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Shielding, social distancing and self-isolation

National lockdown

The Government has announced a new national lockdown in England and has advised anyone who is clinically extremely vulnerable to shield. You should only go out for outdoor exercise and to attend medical appointments. You should otherwise limit the time you spend outside of your home. You should not attend work or school. You can find more information below.

Social distancing, self-isolation and shielding are aimed at reducing close contact with others, however, there are some important differences. Here's what they might mean for you. 


What should I be doing?

This table explains what these terms mean and what you should do. There's more detailed information about each of these terms below.

  What does it mean? Who has to do it?
Social distancing

It means limiting our contact with people outside of our household and taking precautions to stay safe when going out. All of us should try to stay two metres away from people outside of our household or support bubble. Where this is not possible, we must follow the 1m plus rule- which means staying at least 1m away, while taking additional precautions, such as wearing a face covering if you can (in some settings it is now mandatory to wear face coverings, for more info see here).

Everyone should be doing it. If you're over 70 or have existing health conditions you may want to take extra precautions, such as visiting places at times where they are likely to be less busy.

Self-isolation

It's avoiding contact with others (even those you live with) and not leaving your home for any reason.

You will need to self-isolate if: 

  • You or anyone in your household has symptoms of coronavirus or has tested positive for coronavirus. 
  • You have been contacted by the test and trace service and advised to self-isolate. 
  • You have travelled back from a country which is not on the UK’s exemption list and which requires you to quarantine.
Shielding

It means strictly reducing your movements and staying inside as much as possible. You can leave the house for exercise and to access medical appointments and care. 

All those with particular health conditions who have received a letter from the NHS or your GP advising you to shield.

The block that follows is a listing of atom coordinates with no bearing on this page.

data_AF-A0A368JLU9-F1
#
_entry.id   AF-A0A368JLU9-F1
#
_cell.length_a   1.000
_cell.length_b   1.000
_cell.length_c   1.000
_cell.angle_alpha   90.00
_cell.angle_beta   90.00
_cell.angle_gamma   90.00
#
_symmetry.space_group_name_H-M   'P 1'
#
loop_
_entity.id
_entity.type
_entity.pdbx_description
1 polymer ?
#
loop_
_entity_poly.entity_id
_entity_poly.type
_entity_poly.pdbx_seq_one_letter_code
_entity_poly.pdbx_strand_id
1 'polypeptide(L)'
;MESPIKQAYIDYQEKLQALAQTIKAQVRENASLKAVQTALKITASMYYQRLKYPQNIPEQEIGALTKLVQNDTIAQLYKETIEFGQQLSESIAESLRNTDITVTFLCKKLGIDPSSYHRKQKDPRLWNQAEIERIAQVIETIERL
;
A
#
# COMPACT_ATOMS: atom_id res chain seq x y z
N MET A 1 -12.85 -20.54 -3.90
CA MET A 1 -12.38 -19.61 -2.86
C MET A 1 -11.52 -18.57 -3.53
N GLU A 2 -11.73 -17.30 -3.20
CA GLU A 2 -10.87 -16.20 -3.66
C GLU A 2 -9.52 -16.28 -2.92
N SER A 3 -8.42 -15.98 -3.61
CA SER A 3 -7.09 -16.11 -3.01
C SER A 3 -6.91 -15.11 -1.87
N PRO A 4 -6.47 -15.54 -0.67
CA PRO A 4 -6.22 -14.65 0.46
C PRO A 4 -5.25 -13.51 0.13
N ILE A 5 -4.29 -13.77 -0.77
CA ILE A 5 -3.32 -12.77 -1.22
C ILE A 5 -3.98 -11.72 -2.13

If you need urgent medical help, whether or not you have coronavirus symptoms, you should contact 111.

In an emergency, or if you are in immediate danger, call 999. If you are unable to speak, press 55 on a mobile.


Shielding

From the 5 January, people who are considered extremely clinically vulnerable are advised to resume shielding across the whole of England. Although it's a good idea to follow this advice, it is optional. This guide is in place until 31 March. 

If this affects you, you'll receive a letter with more information. In the meantime, you can register for additional support, including priority shopping slots, here.

Everyone has to follow the lockdown rules. You can find these here. If you're clinically extremely vulnerable there are some specific considerations, we've listed these below.

Have you had your coronavirus vaccine?

People who have been asked to shield are eligible for their coronavirus vaccine. If you haven't already been invited for yours, you can contact the NHS by calling 119 or booking an appointment online.

Specific recommendations for those who are clinically extremely vulnerable

Meeting up with others

You're able to still go outside to exercise if you're able to do so. However, other than this, it's best to try and stay at home as much as possible.

You should avoid contact with anyone outside of your household or support bubble and maintain strict social distancing. 

Travel

You should avoid travelling unless it's essential.